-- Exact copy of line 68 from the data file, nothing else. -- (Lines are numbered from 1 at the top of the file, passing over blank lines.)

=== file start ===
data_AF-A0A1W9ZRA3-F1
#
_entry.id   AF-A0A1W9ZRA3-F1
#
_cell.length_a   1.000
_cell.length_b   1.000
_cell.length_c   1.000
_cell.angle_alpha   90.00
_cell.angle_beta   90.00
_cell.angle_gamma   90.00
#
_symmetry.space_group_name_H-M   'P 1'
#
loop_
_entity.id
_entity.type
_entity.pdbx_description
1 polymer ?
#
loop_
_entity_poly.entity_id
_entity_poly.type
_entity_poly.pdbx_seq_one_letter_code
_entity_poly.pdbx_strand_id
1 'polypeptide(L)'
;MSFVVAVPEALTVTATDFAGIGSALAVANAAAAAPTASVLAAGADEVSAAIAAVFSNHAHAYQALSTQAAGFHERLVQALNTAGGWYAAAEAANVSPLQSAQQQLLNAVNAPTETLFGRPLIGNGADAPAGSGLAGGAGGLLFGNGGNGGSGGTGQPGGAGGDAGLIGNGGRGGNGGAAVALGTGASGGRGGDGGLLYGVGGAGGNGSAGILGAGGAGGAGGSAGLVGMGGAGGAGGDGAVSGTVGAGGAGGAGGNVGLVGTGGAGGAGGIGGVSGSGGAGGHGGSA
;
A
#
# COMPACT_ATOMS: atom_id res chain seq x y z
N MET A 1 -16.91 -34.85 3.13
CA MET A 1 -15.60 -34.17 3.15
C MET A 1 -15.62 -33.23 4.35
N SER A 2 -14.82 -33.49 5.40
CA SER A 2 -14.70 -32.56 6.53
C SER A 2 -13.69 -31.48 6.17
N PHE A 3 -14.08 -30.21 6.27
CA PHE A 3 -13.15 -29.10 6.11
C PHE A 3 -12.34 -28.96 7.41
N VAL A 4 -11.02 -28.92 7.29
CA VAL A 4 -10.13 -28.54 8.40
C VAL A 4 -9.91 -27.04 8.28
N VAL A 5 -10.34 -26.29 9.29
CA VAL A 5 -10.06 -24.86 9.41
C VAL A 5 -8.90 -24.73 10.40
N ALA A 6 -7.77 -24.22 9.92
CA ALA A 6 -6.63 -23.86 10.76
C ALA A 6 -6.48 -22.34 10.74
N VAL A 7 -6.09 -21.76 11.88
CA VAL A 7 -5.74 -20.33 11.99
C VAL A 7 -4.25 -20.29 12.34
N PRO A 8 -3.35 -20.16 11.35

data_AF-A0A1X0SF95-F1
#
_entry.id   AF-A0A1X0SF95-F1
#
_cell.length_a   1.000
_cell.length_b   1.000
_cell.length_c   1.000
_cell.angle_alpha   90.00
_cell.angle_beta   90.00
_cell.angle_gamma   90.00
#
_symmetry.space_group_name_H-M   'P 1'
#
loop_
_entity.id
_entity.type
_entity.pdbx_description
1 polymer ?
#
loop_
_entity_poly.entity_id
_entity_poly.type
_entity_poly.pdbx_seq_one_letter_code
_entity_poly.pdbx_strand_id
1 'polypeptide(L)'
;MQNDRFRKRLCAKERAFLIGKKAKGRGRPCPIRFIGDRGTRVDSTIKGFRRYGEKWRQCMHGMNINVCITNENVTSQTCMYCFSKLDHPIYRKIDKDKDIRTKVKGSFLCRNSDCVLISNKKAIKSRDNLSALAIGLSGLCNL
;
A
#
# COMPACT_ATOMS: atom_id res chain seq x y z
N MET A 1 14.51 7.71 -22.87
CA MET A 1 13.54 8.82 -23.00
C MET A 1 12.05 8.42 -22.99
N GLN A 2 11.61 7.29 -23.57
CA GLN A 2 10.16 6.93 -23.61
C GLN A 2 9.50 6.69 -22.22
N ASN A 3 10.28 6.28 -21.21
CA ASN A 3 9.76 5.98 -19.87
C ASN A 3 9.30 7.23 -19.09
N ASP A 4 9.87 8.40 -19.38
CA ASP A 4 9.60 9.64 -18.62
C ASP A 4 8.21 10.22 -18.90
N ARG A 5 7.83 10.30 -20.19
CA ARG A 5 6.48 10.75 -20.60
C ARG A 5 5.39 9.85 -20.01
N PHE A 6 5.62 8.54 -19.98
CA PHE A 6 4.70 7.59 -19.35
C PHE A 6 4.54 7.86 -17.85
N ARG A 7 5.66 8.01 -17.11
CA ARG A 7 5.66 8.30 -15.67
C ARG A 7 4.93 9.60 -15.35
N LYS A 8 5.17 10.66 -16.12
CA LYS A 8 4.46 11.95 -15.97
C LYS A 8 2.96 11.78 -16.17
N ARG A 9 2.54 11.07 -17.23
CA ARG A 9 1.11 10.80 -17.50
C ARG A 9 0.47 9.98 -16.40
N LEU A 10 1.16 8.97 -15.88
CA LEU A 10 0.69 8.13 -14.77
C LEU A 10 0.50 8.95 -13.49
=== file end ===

_entity.type